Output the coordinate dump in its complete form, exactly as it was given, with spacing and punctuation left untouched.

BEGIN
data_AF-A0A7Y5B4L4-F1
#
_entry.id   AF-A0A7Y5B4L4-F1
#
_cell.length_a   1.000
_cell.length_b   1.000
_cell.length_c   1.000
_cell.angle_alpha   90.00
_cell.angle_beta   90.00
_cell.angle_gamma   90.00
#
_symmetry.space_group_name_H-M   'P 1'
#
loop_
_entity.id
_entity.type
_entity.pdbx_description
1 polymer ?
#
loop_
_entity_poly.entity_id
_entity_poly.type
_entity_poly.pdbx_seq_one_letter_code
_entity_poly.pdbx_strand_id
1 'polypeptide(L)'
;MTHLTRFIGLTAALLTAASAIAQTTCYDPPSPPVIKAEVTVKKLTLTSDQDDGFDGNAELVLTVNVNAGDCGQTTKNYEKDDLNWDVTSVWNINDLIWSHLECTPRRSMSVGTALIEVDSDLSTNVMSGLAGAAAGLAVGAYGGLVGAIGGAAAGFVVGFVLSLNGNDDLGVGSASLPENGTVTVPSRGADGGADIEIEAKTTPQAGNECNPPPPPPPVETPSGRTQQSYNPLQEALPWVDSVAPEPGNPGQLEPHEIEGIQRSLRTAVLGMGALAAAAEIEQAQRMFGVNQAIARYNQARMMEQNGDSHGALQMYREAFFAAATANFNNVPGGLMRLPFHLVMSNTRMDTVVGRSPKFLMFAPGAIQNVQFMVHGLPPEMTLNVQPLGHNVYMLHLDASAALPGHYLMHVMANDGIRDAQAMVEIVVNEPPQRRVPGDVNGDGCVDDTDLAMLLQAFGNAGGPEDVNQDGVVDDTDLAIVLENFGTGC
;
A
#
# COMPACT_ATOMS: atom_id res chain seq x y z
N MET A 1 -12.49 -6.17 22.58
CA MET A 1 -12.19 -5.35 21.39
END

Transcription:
data_AF-A0A7Y5B4L4-F1
#
_entry.id   AF-A0A7Y5B4L4-F1
#
_cell.length_a   1.000
_cell.length_b   1.000
_cell.length_c   1.000
_cell.angle_alpha   90.00
_cell.angle_beta   90.00
_cell.angle_gamma   90.00
#
_symmetry.space_group_name_H-M   'P 1'
#
loop_
_entity.id
_entity.type
_entity.pdbx_description
1 polymer ?
#
loop_
_entity_poly.entity_id
_entity_poly.type
_entity_poly.pdbx_seq_one_letter_code
_entity_poly.pdbx_strand_id
1 'polypeptide(L)'
;MTHLTRFIGLTAALLTAASAIAQTTCYDPPSPPVIKAEVTVKKLTLTSDQDDGFDGNAELVLTVNVNAGDCGQTTKNYEKDDLNWDVTSVWNINDLIWSHLECTPRRSMSVGTALIEVDSDLSTNVMSGLAGAAAGLAVGAYGGLVGAIGGAAAGFVVGFVLSLNGNDDLGVGSASLPENGTVTVPSRGADGGADIEIEAKTTPQAGNECNPPPPPPPVETPSGRTQQSYNPLQEALPWVDSVAPEPGNPGQLEPHEIEGIQRSLRTAVLGMGALAAAAEIEQAQRMFGVNQAIARYNQARMMEQNGDSHGALQMYREAFFAAATANFNNVPGGLMRLPFHLVMSNTRMDTVVGRSPKFLMFAPGAIQNVQFMVHGLPPEMTLNVQPLGHNVYMLHLDASAALPGHYLMHVMANDGIRDAQAMVEIVVNEPPQRRVPGDVNGDGCVDDTDLAMLLQAFGNAGGPEDVNQDGVVDDTDLAIVLENFGTGC
;
A
#
# COMPACT_ATOMS: atom_id res chain seq x y z
N MET A 1 -12.49 -6.17 22.58
CA MET A 1 -12.19 -5.35 21.39